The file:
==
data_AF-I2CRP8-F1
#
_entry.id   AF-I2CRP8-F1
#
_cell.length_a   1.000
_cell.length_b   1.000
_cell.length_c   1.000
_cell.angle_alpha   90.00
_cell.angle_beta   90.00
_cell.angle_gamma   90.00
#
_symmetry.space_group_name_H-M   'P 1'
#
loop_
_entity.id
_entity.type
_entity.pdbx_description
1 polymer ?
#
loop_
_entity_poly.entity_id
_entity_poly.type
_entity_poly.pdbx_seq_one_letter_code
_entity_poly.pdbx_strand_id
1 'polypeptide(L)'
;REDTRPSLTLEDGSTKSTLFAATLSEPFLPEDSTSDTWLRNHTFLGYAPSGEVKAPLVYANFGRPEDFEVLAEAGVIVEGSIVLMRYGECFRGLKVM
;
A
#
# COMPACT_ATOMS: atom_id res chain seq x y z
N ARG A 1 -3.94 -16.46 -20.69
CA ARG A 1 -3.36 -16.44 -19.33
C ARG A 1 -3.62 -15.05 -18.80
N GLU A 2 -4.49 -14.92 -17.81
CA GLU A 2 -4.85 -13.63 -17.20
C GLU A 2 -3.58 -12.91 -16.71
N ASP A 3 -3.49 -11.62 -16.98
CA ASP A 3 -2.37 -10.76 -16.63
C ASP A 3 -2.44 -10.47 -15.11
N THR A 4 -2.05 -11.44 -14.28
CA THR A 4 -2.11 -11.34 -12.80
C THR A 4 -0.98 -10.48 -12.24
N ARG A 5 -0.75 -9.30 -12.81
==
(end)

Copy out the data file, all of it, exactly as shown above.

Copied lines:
data_AF-I2CRP8-F1
#
_entry.id   AF-I2CRP8-F1
#
_cell.length_a   1.000
_cell.length_b   1.000
_cell.length_c   1.000
_cell.angle_alpha   90.00
_cell.angle_beta   90.00
_cell.angle_gamma   90.00
#
_symmetry.space_group_name_H-M   'P 1'
#
loop_
_entity.id
_entity.type
_entity.pdbx_description
1 polymer ?
#
loop_
_entity_poly.entity_id
_entity_poly.type
_entity_poly.pdbx_seq_one_letter_code
_entity_poly.pdbx_strand_id
1 'polypeptide(L)'
;REDTRPSLTLEDGSTKSTLFAATLSEPFLPEDSTSDTWLRNHTFLGYAPSGEVKAPLVYANFGRPEDFEVLAEAGVIVEGSIVLMRYGECFRGLKVM
;
A
#
# COMPACT_ATOMS: atom_id res chain seq x y z
N ARG A 1 -3.94 -16.46 -20.69
CA ARG A 1 -3.36 -16.44 -19.33
C ARG A 1 -3.62 -15.05 -18.80
N GLU A 2 -4.49 -14.92 -17.81
CA GLU A 2 -4.85 -13.63 -17.20
C GLU A 2 -3.58 -12.91 -16.71
N ASP A 3 -3.49 -11.62 -16.98
CA ASP A 3 -2.37 -10.76 -16.63
C ASP A 3 -2.44 -10.47 -15.11
N THR A 4 -2.05 -11.44 -14.28
CA THR A 4 -2.11 -11.34 -12.80
C THR A 4 -0.98 -10.48 -12.24
N ARG A 5 -0.75 -9.30 -12.81